Methodology of motor skill and laterality: New test of hand preference in Macaca nemestrina

Marco M. Rigamonti*, Emanuela Prato Previde, Marco D. Poli, Linda F. Marchant, William C. McGrew

*Corresponding author for this work

Research output: Contribution to journalArticlepeer-review

26 Citations (Scopus)


Ten female pig-tailed macaques (Macaca nemestrina) were tested for hand preference and hand skill (i.e., speed of performance and error rate). The experimental task was naturalistic, calling for adaptive manual skills and fine manipulation: the monkeys had to remove small food rewards embedded in a vertical array, and precision opposition of thumb and forefinger was needed to extract each pellet. Each monkey was tested 10 times on 10 different days. The results indicated individual hand preference rather than population-level handedness; however, a tendency toward right predominance was found. The results on hand skill showed a relation between error rate and hand preference, as the preferred hand made fewer errors. A different and unexpected finding was obtained when skill was evaluated in terms of speed of performance: in adult subjects the left hand was quicker than the right. Therefore, different kinds of skill showed different patterns in relation to hand preference.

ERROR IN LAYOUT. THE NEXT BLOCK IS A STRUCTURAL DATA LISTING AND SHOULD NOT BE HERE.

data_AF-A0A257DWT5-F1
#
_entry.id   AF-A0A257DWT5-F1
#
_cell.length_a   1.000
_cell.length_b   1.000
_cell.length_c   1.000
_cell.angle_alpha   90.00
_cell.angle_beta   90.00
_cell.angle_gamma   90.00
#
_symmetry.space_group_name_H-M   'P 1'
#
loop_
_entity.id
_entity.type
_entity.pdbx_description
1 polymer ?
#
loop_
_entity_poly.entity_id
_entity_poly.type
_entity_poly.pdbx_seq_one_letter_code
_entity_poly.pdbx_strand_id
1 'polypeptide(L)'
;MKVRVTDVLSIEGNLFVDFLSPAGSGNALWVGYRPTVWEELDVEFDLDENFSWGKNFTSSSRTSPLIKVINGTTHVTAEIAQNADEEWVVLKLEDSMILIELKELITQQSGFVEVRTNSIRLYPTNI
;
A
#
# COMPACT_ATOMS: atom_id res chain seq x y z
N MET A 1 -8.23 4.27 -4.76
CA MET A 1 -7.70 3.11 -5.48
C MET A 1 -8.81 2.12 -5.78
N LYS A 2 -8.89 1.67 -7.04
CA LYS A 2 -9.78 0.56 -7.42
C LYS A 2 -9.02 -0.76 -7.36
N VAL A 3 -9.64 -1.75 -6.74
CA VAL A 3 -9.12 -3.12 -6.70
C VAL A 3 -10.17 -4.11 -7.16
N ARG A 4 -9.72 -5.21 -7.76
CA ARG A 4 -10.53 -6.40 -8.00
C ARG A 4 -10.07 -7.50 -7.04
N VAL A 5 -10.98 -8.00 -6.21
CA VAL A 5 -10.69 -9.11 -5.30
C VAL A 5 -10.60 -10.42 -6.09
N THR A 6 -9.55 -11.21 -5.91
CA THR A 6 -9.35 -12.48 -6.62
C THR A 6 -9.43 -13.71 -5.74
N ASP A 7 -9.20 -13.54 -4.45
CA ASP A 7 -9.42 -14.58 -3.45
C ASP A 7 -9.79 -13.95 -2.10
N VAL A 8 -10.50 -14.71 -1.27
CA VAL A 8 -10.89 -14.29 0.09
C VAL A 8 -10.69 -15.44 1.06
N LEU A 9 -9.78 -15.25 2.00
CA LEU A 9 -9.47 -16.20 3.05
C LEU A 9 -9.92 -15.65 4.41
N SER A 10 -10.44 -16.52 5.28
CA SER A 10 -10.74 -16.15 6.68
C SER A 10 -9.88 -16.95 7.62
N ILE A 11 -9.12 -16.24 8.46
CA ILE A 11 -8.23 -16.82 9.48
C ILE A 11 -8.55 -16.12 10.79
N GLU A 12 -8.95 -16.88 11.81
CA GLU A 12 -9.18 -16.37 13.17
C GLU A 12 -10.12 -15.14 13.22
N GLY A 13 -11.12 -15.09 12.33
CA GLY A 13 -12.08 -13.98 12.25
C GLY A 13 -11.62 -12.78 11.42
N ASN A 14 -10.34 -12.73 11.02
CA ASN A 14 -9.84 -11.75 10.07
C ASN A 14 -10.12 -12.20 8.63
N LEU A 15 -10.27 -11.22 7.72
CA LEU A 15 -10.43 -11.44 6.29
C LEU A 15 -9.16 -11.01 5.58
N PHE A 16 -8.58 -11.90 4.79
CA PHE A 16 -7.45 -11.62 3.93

Original languageEnglish
Pages (from-to)693-705
Number of pages13
Issue number5
Publication statusPublished - 26 May 1998


  • Behavioural lateralization
  • Handedness
  • Manual preference
  • Nonhuman primates
  • Pig-tailed macaque


Dive into the research topics of 'Methodology of motor skill and laterality: New test of hand preference in Macaca nemestrina'. Together they form a unique fingerprint.

Cite this